Sunday, December 21, 2008

Try Talking

My previous post on the renewed rocketing from Gaza was, I admit, entirely cynical. (Not that that makes it untrue.) I failed to point to any solution at all.

Well, there are really only three courses of action: one untenable in the long run, one unrealistic, and one, as yet, untried.

The untenable option is to live with the status quo. It is untenable because the Israeli electorate will not (and in truth should not) put up with it. No society can long live with daily rocket attacks. It will demand leaders who promise to end them. And if they don't it will switch leaders if it can - and in Israel it can. On the Palestinian side too the situation is untenable. The residents of Gaza live in sub-third world conditions. The Israeli blockade has impoverished virtually every one. Unemployment is the norm. Clean water, electricity, phone service are intermittent. No Palestinian leader could agree to the status quo and survive. That may be the real reason Hamas has begun rocket attacks again. They need to be seen to doing something.

The unrealistic option is to overthrow Hamas: either by having the Gazans themselves do it, or by direct military intervention. Everyone in the Israeli military establishment thinks that retaking Gaza would be expensive - both in terms of the number of Israeli soldiers killed and wounded, and in terms of the number of Gazans killed - mostly civilians. It would be vicious house to house fighting, that would make Lebanon-2 or Jenin look tame by comparison. And when Israel won - then what? We couldn't prevent Hamas and Islamic Jihad rocket attacks when we fully occupied Gaza pre 2005. So the terrible cost would merely result in a showing the world that we "did something," and not much else.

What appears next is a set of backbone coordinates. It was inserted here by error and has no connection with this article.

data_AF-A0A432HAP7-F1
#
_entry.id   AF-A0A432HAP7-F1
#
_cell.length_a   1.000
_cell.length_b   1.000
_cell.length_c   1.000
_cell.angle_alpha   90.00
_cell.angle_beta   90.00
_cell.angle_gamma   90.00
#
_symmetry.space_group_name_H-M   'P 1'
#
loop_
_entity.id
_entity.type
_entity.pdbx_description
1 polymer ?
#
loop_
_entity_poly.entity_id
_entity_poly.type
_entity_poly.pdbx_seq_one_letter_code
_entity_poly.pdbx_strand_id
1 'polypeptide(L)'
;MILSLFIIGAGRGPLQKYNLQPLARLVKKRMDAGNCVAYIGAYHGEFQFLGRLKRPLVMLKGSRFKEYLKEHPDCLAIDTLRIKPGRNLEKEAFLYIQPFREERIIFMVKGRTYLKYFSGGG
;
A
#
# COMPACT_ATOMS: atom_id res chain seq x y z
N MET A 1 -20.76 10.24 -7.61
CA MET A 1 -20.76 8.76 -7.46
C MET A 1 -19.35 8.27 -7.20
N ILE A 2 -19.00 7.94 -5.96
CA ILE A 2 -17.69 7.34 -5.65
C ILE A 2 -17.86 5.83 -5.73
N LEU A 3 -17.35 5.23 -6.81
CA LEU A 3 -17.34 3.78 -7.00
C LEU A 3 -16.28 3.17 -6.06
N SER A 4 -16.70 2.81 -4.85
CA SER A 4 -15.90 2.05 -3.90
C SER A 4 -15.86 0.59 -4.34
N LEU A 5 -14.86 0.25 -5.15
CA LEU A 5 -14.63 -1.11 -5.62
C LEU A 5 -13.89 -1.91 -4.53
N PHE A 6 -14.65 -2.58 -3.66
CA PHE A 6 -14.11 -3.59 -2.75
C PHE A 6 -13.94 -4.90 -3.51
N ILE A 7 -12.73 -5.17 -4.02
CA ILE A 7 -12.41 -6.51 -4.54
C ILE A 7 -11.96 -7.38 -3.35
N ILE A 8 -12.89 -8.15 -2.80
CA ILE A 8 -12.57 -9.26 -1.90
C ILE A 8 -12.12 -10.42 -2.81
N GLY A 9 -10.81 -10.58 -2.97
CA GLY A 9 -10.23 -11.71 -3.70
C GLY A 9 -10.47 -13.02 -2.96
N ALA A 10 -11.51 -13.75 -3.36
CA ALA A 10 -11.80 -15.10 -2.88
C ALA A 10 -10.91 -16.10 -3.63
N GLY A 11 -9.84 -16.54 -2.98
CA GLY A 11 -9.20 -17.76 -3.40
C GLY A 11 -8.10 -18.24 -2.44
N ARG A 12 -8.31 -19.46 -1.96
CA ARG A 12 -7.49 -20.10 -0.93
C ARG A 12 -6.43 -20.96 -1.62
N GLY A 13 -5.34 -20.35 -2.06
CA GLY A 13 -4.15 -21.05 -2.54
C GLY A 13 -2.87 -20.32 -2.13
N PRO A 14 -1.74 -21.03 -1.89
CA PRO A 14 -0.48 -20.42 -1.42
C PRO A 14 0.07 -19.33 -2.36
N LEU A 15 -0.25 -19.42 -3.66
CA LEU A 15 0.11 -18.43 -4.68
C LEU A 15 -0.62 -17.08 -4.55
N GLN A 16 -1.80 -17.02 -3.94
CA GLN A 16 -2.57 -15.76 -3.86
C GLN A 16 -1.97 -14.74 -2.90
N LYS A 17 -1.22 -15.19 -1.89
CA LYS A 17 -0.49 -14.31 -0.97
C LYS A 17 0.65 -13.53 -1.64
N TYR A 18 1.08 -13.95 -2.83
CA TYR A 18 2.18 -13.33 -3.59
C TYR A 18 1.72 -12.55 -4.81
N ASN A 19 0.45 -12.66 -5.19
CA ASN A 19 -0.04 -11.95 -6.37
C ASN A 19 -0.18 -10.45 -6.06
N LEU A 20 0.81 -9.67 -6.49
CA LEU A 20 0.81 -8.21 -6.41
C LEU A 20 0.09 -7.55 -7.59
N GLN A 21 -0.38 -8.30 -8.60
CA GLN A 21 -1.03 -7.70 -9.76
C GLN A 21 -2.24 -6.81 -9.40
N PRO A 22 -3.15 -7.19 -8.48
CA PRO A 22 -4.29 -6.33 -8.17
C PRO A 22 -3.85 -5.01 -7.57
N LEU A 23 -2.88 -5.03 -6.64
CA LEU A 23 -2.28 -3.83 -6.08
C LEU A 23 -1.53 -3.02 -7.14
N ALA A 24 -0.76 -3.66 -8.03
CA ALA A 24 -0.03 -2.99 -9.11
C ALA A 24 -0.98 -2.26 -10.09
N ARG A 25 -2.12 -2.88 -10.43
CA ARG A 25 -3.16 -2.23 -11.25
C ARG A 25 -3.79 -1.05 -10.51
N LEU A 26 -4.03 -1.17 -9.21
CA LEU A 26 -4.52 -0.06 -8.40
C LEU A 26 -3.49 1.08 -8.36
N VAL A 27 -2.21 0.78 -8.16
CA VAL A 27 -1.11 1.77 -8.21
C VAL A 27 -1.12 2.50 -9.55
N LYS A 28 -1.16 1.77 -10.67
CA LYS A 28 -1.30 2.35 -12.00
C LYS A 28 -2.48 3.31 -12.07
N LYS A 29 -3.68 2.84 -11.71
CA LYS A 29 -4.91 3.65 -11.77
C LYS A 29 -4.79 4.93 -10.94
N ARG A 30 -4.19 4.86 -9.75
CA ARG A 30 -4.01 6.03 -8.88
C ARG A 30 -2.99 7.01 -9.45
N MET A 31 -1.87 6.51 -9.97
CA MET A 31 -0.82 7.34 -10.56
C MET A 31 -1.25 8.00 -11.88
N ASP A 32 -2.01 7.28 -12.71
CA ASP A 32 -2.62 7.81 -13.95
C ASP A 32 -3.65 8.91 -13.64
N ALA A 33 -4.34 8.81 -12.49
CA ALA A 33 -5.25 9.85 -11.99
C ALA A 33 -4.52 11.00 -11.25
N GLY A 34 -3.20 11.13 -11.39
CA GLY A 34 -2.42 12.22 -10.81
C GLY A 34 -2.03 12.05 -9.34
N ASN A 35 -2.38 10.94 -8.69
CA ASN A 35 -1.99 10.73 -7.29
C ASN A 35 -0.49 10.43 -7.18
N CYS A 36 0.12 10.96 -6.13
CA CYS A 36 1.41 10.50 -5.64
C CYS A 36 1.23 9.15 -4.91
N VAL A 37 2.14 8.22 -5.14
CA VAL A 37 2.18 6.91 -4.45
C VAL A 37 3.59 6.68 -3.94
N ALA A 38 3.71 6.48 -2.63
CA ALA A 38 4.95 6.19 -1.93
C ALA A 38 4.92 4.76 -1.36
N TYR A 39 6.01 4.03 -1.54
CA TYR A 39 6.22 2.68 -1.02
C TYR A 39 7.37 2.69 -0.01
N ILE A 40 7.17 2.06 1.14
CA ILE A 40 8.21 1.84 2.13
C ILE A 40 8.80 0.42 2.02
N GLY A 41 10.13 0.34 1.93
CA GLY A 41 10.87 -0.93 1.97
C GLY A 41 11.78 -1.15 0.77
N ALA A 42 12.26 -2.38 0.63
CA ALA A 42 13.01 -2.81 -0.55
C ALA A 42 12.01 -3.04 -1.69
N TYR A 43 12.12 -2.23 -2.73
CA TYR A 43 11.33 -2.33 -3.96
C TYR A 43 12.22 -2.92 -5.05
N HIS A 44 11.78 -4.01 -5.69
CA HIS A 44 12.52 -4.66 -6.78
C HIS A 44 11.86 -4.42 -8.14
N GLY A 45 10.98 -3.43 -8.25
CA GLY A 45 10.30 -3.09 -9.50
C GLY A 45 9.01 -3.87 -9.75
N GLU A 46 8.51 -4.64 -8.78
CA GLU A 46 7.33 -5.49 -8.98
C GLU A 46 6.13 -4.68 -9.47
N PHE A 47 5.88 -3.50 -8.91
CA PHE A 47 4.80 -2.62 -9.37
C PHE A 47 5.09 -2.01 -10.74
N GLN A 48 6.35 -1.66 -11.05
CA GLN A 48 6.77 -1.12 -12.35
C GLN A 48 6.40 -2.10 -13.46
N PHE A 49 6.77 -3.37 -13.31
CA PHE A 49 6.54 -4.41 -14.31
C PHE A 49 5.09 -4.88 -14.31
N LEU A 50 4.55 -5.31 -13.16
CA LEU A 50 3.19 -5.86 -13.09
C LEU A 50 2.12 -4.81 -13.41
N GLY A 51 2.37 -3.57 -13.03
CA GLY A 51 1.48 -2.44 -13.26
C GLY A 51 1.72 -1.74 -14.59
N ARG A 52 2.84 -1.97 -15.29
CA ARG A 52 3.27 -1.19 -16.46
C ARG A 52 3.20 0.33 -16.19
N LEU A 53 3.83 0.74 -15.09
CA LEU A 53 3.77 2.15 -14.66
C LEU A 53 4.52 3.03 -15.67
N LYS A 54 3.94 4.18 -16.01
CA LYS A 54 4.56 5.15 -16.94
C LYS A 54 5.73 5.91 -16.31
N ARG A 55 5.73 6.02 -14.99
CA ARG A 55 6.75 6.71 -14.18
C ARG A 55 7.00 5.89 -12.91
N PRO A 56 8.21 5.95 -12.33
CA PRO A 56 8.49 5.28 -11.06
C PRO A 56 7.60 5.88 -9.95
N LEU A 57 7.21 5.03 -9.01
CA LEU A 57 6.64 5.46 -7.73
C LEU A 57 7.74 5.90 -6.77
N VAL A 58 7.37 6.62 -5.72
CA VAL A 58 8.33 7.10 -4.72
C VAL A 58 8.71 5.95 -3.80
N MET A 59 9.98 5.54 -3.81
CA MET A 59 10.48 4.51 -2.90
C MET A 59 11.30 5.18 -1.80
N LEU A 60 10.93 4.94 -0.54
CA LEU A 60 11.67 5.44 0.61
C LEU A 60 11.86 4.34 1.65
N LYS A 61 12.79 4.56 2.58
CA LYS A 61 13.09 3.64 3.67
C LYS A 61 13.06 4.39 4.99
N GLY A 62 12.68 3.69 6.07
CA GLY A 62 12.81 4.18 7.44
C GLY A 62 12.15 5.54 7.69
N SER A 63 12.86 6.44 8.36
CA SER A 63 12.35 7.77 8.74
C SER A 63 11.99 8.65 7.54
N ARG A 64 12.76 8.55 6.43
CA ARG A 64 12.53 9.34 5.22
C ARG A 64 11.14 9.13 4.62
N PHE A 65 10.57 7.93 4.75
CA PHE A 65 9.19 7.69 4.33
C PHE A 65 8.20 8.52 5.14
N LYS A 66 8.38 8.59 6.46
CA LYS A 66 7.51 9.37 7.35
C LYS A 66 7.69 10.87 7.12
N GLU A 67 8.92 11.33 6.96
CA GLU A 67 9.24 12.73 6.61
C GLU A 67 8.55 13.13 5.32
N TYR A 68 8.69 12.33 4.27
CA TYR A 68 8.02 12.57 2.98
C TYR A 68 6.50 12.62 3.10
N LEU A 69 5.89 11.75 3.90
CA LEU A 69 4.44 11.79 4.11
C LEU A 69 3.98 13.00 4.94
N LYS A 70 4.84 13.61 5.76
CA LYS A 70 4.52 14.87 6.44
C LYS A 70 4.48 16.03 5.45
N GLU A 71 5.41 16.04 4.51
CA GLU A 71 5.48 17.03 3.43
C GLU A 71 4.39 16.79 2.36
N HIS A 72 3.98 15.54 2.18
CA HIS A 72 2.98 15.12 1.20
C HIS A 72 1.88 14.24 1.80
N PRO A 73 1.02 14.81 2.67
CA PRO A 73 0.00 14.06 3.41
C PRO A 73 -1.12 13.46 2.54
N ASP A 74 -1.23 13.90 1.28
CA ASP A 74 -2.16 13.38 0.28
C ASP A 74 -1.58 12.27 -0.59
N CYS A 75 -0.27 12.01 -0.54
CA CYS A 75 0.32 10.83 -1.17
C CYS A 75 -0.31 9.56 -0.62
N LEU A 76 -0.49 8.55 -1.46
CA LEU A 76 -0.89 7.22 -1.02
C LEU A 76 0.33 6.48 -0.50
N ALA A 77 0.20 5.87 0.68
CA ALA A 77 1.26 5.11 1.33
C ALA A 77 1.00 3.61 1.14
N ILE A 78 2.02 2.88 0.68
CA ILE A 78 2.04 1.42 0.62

Likewise, hoping that the Gazans themselves will overthrow Hamas is also pretty unrealistic. First, it is not clear where public opinion in Gaza is on Hamas. On the one hand the people are sick of the siege. On the other, they are a proud people, and not likely to abandon Hamas - davka because that is just what Israel wants them to do. No one likes to surrender. Furthermore, even if a majority of Gazans wanted to get rid of Hamas, there is no obvious way they can do so. Gaza is not planning elections any time soon, and Hamas holds virtually all the guns.

The, as yet untried, option is to talk to Hamas: officially and directly. Hamas has said it is willing to negotiate a long term (25-50 years) cease fire. Lets see if they are serious. Would this strengthen Hamas and weaken Abbas - yes: but that is just acknowledging the facts as they already are. Its worth a try. Nothing else seems to be working.

For a more in-depth look at the pros and cons of talking to Hamas read Gideon Levy's article in Haaretz.


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